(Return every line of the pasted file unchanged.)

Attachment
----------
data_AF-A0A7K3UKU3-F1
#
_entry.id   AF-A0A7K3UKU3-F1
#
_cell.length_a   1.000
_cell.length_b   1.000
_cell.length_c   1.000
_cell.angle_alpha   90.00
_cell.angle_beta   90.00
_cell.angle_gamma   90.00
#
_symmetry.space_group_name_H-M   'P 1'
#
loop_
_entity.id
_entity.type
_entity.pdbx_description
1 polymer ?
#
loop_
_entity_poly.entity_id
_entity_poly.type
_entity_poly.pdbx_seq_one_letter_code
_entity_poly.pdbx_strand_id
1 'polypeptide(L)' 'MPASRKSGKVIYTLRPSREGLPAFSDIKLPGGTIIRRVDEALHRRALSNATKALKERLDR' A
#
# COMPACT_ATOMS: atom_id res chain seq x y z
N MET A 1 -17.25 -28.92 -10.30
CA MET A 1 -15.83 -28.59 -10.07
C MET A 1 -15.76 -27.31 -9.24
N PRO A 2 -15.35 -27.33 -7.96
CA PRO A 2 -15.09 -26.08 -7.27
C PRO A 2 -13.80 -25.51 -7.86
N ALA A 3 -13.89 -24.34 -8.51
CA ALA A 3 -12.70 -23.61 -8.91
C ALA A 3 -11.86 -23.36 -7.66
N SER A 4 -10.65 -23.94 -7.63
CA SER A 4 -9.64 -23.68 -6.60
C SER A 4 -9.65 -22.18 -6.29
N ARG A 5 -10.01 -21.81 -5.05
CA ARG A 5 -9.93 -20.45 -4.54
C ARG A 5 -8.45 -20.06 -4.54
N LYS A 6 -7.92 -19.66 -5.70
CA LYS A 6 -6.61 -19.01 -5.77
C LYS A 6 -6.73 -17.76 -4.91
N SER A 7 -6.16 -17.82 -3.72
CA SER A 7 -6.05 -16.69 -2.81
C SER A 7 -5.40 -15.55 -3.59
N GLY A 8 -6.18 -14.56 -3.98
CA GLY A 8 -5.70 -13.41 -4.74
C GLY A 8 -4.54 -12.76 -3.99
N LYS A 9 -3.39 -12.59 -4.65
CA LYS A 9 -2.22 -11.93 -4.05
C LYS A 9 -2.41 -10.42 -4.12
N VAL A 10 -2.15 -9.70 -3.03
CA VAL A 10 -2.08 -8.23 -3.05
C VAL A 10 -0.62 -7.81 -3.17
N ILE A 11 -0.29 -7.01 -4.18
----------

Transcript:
data_AF-A0A7K3UKU3-F1
#
_entry.id   AF-A0A7K3UKU3-F1
#
_cell.length_a   1.000
_cell.length_b   1.000
_cell.length_c   1.000
_cell.angle_alpha   90.00
_cell.angle_beta   90.00
_cell.angle_gamma   90.00
#
_symmetry.space_group_name_H-M   'P 1'
#
loop_
_entity.id
_entity.type
_entity.pdbx_description
1 polymer ?
#
loop_
_entity_poly.entity_id
_entity_poly.type
_entity_poly.pdbx_seq_one_letter_code
_entity_poly.pdbx_strand_id
1 'polypeptide(L)' 'MPASRKSGKVIYTLRPSREGLPAFSDIKLPGGTIIRRVDEALHRRALSNATKALKERLDR' A
#
# COMPACT_ATOMS: atom_id res chain seq x y z
N MET A 1 -17.25 -28.92 -10.30
CA MET A 1 -15.83 -28.59 -10.07
C MET A 1 -15.76 -27.31 -9.24
N PRO A 2 -15.35 -27.33 -7.96
CA PRO A 2 -15.09 -26.08 -7.27
C PRO A 2 -13.80 -25.51 -7.86
N ALA A 3 -13.89 -24.34 -8.51
CA ALA A 3 -12.70 -23.61 -8.91
C ALA A 3 -11.86 -23.36 -7.66
N SER A 4 -10.65 -23.94 -7.63
CA SER A 4 -9.64 -23.68 -6.60
C SER A 4 -9.65 -22.18 -6.29
N ARG A 5 -10.01 -21.81 -5.05
CA ARG A 5 -9.93 -20.45 -4.54
C ARG A 5 -8.45 -20.06 -4.54
N LYS A 6 -7.92 -19.66 -5.70
CA LYS A 6 -6.61 -19.01 -5.77
C LYS A 6 -6.73 -17.76 -4.91
N SER A 7 -6.16 -17.82 -3.72
CA SER A 7 -6.05 -16.69 -2.81
C SER A 7 -5.40 -15.55 -3.59
N GLY A 8 -6.18 -14.56 -3.98
CA GLY A 8 -5.70 -13.41 -4.74
C GLY A 8 -4.54 -12.76 -3.99
N LYS A 9 -3.39 -12.59 -4.65
CA LYS A 9 -2.22 -11.93 -4.05
C LYS A 9 -2.41 -10.42 -4.12
N VAL A 10 -2.15 -9.70 -3.03
CA VAL A 10 -2.08 -8.23 -3.05
C VAL A 10 -0.62 -7.81 -3.17
N ILE A 11 -0.29 -7.01 -4.18